Cats are living longer than ever. When I began my veterinary career, a 20-year-old cat was a rarity. Now, I see at least a dozen every year. It’s wonderful that we get to spend additional years with our beloved companions, but increased longevity is a double-edged sword.
A longer life span also means more time for cats to develop disorders associated with aging. Advances in veterinary diagnostics and therapeutics have allowed for improved management of age-related medical conditions such as cancer, arthritis and kidney disease; however, there’s another age-associated ailment for which there is still no definitive treatment: the decline in cognitive ability as a cat grows older.
Cognitive Dysfunction Syndrome (CDS) is a slow, degenerative condition of the brain that leads to impairment of a cat’s cognitive ability. Affected cats show difficulty with learning, memory and awareness. People often use lay terms like feline dementia, senility and even “kitty Alzheimer’s” (as a client of mine used to call it), and I have no issue with this, as most people can relate to these terms and understand their implications.
A number of behavioral changes can be seen in cats with CDS, such as these six:
Diagnosing CDS can be tricky because many of the signs may be subtle. Mild changes in mood, grooming behavior and appetite are often dismissed as being a normal part of aging when, in fact, they’re part of the syndrome. In addition, some of the medical conditions seen in older cats can mimic behavioral changes in CDS.
For example, cats with hyperthyroidism often vocalize loudly, and cats with arthritis may have trouble getting in and out of their litter box, resulting in them seeking alternative places to eliminate. It’s important to have a veterinarian examine your cat to rule out medical causes for the behavioral changes.
According to one study, approximately 28% of cats aged 11 to 14 will show at least one behavioral sign related to CDS. Thisincreases to 50% for cats over the age of 15.
There are no FDA-approved treatments for feline CDS. The goal of treatment is to support the cat’s current cognitive function, relieve any anxiety and improve the cat’s welfare as best as possible. Maintaining a stimulating environment to keep the cat’s mind engaged can slow the progression and perhaps even improve cognitive function. This can be achieved through a regular exercise schedule, use of interactive toys, placing a bird feeder outside the cat’s favorite window, etc.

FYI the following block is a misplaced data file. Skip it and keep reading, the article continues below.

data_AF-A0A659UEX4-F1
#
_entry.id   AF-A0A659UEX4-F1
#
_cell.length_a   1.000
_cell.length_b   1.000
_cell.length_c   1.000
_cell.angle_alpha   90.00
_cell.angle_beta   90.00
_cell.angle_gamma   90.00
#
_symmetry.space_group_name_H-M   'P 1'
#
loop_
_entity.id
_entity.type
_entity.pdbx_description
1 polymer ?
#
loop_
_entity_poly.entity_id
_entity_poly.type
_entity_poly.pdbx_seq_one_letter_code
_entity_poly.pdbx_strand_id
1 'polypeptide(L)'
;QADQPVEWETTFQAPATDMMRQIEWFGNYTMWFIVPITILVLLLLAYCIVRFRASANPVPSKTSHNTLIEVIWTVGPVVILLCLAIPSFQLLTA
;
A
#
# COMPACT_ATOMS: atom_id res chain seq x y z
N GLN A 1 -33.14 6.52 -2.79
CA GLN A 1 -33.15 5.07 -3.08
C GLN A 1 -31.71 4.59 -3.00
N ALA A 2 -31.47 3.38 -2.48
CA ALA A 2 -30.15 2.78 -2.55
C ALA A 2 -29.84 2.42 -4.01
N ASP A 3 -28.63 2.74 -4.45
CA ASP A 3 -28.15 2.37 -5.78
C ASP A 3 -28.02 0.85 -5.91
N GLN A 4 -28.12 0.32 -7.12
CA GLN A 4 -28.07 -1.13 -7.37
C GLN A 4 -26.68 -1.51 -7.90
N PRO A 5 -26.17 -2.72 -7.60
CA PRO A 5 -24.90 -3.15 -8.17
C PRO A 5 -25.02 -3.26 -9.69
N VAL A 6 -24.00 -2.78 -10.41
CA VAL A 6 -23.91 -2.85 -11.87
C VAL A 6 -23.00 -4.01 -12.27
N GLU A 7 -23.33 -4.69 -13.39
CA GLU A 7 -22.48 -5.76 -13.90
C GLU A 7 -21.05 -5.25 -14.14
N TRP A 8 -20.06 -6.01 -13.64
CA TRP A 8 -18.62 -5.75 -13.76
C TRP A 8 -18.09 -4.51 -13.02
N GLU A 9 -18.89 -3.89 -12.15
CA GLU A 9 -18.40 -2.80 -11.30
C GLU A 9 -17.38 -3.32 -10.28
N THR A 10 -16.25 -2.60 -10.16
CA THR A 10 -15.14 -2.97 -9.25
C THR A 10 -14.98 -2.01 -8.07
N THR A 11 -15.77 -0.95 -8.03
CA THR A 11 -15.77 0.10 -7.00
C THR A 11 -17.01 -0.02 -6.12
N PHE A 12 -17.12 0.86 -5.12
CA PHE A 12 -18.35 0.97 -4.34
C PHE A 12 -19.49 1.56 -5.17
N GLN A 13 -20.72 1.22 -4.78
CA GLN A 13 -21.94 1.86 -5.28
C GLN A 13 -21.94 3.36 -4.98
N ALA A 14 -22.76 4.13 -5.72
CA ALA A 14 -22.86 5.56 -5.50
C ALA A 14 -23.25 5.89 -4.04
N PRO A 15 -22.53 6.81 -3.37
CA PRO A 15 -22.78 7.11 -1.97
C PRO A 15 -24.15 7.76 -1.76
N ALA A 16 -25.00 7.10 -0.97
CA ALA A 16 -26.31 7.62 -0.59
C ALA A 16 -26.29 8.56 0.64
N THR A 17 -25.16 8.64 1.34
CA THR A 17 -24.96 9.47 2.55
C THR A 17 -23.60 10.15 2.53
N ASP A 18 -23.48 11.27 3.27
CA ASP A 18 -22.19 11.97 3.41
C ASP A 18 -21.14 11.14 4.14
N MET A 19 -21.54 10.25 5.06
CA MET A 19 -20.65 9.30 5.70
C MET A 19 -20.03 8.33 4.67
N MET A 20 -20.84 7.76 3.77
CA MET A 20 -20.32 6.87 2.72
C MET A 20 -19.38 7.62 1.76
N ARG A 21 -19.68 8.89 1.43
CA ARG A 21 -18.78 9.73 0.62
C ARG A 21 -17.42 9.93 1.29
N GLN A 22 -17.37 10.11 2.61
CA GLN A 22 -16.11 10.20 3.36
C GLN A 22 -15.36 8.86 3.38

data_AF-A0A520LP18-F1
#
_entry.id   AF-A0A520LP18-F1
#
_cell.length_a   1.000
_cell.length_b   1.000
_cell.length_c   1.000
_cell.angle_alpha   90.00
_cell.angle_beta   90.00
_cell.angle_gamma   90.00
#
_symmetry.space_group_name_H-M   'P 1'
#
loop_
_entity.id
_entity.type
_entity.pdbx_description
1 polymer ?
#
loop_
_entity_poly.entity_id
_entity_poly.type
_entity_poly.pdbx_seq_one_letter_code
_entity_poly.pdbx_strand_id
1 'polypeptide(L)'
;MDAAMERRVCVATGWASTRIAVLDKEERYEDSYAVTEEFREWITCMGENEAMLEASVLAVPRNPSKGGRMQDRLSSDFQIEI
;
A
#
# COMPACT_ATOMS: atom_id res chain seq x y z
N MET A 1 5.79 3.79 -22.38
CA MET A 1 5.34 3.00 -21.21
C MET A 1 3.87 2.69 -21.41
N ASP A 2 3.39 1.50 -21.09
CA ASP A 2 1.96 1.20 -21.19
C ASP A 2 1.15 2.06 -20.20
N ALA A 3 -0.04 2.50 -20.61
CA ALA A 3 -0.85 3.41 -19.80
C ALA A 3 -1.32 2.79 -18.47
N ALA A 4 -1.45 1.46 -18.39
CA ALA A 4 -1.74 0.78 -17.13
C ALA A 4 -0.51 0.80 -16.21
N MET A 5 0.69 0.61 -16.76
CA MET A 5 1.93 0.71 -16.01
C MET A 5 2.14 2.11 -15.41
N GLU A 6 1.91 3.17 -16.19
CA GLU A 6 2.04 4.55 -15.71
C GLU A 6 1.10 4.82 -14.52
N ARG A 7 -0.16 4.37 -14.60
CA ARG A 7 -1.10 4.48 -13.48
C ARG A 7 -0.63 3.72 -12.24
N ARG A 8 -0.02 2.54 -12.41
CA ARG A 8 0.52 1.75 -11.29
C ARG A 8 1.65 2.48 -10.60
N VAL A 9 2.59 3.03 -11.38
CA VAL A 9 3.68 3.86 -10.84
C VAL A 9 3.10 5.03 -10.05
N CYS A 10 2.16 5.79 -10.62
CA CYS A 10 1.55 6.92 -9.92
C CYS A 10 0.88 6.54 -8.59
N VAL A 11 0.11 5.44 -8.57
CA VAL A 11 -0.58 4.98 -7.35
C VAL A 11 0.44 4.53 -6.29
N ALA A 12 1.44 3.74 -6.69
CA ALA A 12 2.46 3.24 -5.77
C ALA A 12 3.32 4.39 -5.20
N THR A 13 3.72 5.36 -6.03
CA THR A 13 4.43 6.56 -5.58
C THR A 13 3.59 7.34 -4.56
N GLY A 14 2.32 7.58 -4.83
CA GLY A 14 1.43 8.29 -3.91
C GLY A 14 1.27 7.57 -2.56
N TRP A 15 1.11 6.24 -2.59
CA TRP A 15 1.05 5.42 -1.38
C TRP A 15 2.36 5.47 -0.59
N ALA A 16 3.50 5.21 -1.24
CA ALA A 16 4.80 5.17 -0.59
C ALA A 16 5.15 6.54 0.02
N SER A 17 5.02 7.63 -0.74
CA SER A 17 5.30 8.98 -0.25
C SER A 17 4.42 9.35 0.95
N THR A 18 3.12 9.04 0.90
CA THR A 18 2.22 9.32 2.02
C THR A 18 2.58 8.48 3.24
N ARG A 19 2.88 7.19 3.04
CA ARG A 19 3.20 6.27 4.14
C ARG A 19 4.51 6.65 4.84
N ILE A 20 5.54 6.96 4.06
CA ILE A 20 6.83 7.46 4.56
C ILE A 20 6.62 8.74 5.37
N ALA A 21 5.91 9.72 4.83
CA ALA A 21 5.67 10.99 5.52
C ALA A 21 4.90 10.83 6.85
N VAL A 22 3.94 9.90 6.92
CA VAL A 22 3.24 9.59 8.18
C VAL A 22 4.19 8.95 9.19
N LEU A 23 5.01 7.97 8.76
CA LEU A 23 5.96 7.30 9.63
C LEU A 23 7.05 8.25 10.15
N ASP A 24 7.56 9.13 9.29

Pharmaceutical options for feline CDS are lacking. The drug selegiline (brand name Anipryl) is FDA-approved only for canine CDS, not feline CDS. Use of this drug in cats is considered to be “off-label.” Large, controlled studies are lacking; however, a small open trial using selegiline showed a positive effect in cats, and the American Association of Feline Practitioners supports the use of this drug for feline CDS.
S-adenosylmethionine (brand name Novifit) has shown some benefit in cats with mild to moderate cognitive dysfunction, suggesting that this drug may be most useful if given in the early stages of CDS. A number of other products and supplements have been suggested as being potentially beneficial (antioxidants, vitamins, omega-3 fatty acids), and there are many nutritional supplements that are marketed as being cognition-enhancing, but controlled studies of their efficacy are lacking.
Diets rich in vitamin E and antioxidants may slow the progression of CDS, and many prescription diets for seniors contain increased amounts of these substances. For cats whose main symptom of CDS is heightened anxiety, anti-anxiety medication may provide some relief. A little extra love and attention is something all cats enjoy, but it may be especially beneficial for cats with CDS.
Although CDS is progressive, affected cats usually have a good quality of life, especially if the owner is aware of the condition and provides the cat with the emotional and environmental support it needs.
Adjust Kitty’s environment to make it more senior friendly and make your cat more comfortable.
Important resources like food, water and the litter box should be readily accessible; elderly cats should not have to walk up and down a flight of stairs to access these resources.
Night-lights should be used to illuminate dark areas and hallways to help the cat locate his food and litter box more easily.
Add another litter box to the household to help reduce accidents in the house. Litter boxes with low sides are preferable, as they are easier for the cat to enter and exit.
Any alterations to the environment should be gradual and discreet; predictability and consistency take on increased importance as cats age. Now is not the time to renovate the house, rearrange the furniture or introduce a new pet to the household.
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